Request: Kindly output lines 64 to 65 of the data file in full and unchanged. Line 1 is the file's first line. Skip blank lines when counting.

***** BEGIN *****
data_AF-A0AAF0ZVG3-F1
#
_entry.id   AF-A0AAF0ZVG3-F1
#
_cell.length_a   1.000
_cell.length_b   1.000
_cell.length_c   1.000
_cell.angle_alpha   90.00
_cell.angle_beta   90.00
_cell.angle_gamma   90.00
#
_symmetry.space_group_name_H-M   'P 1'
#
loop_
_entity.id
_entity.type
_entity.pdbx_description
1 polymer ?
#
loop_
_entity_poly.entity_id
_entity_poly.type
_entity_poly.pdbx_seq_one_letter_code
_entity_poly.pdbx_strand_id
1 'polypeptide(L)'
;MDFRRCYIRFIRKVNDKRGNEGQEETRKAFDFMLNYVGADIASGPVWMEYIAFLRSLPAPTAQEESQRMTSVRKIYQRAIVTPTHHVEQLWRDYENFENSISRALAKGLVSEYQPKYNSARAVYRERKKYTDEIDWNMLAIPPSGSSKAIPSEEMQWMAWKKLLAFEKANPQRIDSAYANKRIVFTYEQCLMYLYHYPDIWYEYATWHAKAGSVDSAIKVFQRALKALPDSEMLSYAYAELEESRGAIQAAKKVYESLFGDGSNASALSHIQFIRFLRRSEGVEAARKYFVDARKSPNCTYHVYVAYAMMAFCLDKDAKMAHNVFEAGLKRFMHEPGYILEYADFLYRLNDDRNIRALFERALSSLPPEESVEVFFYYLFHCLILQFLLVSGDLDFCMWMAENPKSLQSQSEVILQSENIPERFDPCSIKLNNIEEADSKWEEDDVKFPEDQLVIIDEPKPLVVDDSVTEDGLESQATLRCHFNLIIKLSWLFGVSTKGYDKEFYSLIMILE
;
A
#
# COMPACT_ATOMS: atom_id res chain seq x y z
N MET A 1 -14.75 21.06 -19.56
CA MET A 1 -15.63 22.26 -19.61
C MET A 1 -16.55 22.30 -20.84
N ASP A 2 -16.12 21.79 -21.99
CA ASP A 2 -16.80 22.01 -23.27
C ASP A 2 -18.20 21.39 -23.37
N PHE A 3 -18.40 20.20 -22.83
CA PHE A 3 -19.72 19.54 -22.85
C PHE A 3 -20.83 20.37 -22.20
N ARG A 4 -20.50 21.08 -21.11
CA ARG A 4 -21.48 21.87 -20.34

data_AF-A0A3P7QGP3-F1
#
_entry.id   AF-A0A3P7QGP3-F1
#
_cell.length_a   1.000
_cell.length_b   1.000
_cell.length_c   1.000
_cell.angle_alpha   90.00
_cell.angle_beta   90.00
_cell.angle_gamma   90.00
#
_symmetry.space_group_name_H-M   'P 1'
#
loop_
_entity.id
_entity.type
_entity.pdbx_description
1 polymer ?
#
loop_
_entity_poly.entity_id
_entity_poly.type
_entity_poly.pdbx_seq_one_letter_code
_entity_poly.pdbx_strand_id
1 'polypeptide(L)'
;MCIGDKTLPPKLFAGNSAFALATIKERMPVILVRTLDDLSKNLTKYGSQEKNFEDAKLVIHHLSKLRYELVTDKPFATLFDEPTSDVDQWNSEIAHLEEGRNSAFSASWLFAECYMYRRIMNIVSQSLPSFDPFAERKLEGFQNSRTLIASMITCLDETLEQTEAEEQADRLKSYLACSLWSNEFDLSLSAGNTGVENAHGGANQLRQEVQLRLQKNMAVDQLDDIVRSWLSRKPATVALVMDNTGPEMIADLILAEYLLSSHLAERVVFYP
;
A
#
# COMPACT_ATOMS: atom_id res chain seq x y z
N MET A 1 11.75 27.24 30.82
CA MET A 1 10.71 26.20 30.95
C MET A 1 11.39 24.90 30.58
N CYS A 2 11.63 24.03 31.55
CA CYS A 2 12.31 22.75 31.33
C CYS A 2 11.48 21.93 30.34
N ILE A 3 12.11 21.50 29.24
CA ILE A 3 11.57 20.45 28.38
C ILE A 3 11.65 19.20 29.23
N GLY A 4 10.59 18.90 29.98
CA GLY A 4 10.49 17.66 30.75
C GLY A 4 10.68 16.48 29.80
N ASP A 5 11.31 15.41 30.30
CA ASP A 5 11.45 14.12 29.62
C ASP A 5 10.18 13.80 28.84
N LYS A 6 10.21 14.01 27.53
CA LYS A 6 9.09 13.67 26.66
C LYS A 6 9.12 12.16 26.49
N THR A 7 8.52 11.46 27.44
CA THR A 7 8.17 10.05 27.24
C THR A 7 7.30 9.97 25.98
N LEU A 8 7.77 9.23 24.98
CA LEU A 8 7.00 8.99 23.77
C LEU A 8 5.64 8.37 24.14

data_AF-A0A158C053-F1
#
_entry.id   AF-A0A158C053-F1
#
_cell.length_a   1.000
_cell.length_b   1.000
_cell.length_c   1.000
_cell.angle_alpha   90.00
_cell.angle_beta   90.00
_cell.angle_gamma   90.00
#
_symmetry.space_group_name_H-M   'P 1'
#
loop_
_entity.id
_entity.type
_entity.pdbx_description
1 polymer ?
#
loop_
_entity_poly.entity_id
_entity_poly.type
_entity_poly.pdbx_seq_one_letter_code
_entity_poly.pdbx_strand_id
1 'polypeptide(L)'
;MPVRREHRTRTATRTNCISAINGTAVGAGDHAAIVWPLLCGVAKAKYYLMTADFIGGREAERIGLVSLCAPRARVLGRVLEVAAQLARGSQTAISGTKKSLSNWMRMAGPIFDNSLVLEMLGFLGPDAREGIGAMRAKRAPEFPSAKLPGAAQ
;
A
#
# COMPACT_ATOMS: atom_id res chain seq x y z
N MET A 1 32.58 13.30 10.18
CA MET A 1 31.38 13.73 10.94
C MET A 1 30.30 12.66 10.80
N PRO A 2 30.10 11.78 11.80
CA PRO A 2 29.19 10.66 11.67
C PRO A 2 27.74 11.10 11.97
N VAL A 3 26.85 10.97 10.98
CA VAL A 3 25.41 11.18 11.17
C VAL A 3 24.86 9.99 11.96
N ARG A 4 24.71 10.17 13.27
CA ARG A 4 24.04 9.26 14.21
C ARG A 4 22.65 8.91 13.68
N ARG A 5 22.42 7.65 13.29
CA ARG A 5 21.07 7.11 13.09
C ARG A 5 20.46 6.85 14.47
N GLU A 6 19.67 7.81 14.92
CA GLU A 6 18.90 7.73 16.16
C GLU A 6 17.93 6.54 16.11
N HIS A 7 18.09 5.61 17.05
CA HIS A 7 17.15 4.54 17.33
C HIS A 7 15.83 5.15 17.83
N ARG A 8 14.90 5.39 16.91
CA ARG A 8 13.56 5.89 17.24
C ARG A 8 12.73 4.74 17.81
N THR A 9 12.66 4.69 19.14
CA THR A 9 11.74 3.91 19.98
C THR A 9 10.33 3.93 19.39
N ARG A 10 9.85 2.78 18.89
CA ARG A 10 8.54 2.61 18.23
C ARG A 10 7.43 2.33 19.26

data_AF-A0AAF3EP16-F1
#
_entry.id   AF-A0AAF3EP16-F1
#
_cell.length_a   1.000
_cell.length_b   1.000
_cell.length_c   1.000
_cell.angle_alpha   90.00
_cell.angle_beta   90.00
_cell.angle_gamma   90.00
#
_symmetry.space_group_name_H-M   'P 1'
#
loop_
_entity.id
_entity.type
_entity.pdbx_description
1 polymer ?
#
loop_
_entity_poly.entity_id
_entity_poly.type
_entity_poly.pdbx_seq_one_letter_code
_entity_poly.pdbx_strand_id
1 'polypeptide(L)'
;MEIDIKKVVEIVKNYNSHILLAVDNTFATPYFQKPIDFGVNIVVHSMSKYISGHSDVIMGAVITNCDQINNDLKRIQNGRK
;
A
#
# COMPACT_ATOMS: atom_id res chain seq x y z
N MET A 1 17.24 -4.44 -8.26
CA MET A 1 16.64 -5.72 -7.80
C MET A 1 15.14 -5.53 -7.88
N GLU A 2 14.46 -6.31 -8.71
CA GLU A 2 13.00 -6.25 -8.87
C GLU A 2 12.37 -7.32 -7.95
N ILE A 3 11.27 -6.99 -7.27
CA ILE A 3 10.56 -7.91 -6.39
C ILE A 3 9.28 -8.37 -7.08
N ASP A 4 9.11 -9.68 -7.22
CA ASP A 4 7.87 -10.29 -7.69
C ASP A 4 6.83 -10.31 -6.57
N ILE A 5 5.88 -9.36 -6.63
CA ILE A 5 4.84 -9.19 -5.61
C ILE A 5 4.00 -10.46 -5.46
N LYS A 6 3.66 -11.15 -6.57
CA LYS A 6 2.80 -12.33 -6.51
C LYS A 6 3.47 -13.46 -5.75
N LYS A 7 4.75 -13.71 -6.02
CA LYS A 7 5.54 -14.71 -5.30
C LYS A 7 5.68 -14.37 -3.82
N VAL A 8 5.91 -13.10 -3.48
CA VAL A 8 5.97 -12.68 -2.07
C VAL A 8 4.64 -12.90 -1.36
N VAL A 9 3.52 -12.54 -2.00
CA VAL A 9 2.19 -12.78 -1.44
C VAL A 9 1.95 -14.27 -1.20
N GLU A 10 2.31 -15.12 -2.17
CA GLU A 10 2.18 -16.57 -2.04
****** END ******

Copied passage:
_entity_poly.pdbx_seq_one_letter_code
_entity_poly.pdbx_strand_id